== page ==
I watched Twilight when it came to theaters. It was surprisingly pretty good, even though it was focused more on the hormones of a teenage girl than on anything more macro such as good versus evil or protagonist versus antagonist (though one would argue that the complexities of a woman cannot be topped).
Following that, I went on to read all four of the Twilight books by Stephenie Meyer. I had heard they were good, so I was willing to give them a chance. The first book was good and quite entertaining, as Bella attempted to discover what the mystery was behind Edward. The second book, however, was just OK.
New Moon, which is hastily being made into a movie this year, is not going to make much of a movie at all. The first half of the book is pretty good, as Bella starts up a quasi-relationship with Jacob, her soon-to-be-werewolf best friend. In reality, the book is just a retread of the first one, only with a werewolf in place of a vampire. Bella sure knows how to pick them, doesn’t she? It’s entertaining, but when it devolves into a race to save Edward from the Volturi, it takes a turn for the worse. Meyer ends the book with absolutely no action, and in fact there is only one suspenseful moment in the entire novel. How will this become a good movie? It’s hard to imagine.
Thankfully, Eclipse is a much-better book. Victoria, who has been lurking in the shadows since the first novel, amasses a vampire army to take down the Cullens and kill Bella. The result? A vampire vs. vampire vs. werewolf battle, which, if done right, should be amazing on the silver screen. Eclipse is exciting, smart and entertaining, and will make a perfect finish to the trilogy.
Except… the series doesn’t end as a trilogy. It ends with Breaking Dawn, a shockingly disappointing finish that takes the characters in unwanted directions. Bella finally gets to screw Edward, but not until he’s convinced her to marry at a young age (is this meant to teach young girls a moral lesson? It’s not “don’t have sex until you’re married.” It’s “if you want to have sex, get married so you can have sex.”). Then she gets knocked up, and spends much of the rest of the book lying around on her death bed, so much so that Meyer has to shift the narrative to Jacob to progress the story. Ouch. Eventually, Bella becomes a vampire, and this is the best thing that happens to her: however, how can you top being immortal and wanting to eat other humans?Â Of course, Bella doesn’t get to suffer any of the consequences, as her father shrugs off her conversion with minimal conflict (that’s convenient) and she doesn’t have any of the urges a newborn vampire should have.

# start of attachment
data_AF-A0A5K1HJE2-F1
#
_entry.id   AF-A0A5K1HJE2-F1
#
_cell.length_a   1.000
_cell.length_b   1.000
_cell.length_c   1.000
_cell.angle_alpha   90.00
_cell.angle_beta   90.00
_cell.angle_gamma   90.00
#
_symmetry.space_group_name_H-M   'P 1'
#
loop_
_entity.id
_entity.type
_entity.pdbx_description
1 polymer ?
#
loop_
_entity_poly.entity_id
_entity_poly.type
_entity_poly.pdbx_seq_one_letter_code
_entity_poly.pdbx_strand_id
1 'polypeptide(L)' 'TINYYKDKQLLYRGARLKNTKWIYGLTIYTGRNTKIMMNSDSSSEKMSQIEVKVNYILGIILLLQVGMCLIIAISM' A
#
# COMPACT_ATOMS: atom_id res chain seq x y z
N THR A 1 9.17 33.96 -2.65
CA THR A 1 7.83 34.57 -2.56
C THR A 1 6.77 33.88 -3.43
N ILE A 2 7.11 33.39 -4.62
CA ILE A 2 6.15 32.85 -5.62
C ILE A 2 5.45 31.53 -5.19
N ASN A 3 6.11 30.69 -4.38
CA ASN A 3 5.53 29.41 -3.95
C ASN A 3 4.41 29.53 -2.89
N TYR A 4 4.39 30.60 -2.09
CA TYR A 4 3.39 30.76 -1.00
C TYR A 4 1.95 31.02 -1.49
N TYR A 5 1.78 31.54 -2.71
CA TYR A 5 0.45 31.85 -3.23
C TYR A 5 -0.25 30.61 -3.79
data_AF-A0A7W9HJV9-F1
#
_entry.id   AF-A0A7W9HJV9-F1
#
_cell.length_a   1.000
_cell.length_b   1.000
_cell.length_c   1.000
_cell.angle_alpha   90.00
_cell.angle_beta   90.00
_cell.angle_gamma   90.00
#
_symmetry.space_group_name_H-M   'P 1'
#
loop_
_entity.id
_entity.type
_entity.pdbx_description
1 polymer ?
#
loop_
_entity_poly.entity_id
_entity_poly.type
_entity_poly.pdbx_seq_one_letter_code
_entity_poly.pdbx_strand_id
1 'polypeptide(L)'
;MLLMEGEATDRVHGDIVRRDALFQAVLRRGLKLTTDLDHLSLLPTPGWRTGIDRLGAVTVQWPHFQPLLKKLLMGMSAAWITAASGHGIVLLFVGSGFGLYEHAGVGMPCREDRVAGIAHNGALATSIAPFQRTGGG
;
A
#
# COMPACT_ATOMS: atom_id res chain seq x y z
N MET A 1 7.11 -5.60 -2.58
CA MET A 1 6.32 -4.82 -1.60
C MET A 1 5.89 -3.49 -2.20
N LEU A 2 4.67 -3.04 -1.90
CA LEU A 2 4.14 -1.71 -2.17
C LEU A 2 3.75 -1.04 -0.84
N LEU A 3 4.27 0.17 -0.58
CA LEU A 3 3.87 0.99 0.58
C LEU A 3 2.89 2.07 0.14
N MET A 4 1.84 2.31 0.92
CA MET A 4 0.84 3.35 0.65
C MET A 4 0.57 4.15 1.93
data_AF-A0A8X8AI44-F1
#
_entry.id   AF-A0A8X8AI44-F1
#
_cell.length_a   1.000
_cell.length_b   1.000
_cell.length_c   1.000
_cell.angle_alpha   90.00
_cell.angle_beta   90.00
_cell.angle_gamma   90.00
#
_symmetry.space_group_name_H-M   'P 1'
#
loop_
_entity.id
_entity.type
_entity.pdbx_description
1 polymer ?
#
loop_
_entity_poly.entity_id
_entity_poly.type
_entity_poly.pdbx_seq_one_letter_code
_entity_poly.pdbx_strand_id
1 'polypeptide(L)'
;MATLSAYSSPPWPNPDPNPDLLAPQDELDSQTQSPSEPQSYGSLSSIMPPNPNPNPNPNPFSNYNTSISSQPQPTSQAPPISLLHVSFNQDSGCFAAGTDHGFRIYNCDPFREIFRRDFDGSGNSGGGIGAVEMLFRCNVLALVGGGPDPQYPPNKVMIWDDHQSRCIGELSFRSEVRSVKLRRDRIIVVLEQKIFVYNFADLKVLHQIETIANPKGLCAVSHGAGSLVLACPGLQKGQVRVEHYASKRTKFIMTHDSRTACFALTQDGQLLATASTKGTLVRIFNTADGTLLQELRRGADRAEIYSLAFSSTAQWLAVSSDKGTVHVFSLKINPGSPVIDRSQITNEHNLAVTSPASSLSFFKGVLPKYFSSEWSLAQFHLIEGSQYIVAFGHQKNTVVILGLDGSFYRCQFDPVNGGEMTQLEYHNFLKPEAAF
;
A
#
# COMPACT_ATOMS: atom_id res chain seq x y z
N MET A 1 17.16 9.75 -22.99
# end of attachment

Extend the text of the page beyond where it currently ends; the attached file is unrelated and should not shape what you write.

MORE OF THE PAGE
To cap it all off, Meyer sets up a gigantic battle between the Cullens and the Volturi, and then decides not to have a satisfying finale at all. Harry Potter, the Twilight series is not.
Essentially, the Twilight series is an entertaining series that doesn’t have a plot or much else. Unlike Harry Potter, which carefully and intelligently progresses its stories along to a massive, satisfying climax, Meyer seems more concerned about fitting her frustratingly annoying lead character into a childhood dream of immortality and endless love. The books aren’t bad, but they are overrated, and it’s sad that any young girl may idolize Bella. Bella is annoying, and her attempts to be selfless generally results in her being as selfish as possible. Driven by hormones and a silly, youthful love, she is willing to give up everything, including her family and friends, for her lover. That’s just pathetic.
The only reason I’m dwelling on the moral aspects of the story is because I’m disappointed by the general story arc of the books. They’re written by a woman for girls – and I am neither a woman nor a girl – so I understand that I’m not in the target audience. But when you write a story about vampires and werewolves and don’t follow through with such things… well, it’s embarrassing that this series is compared to Harry Potter.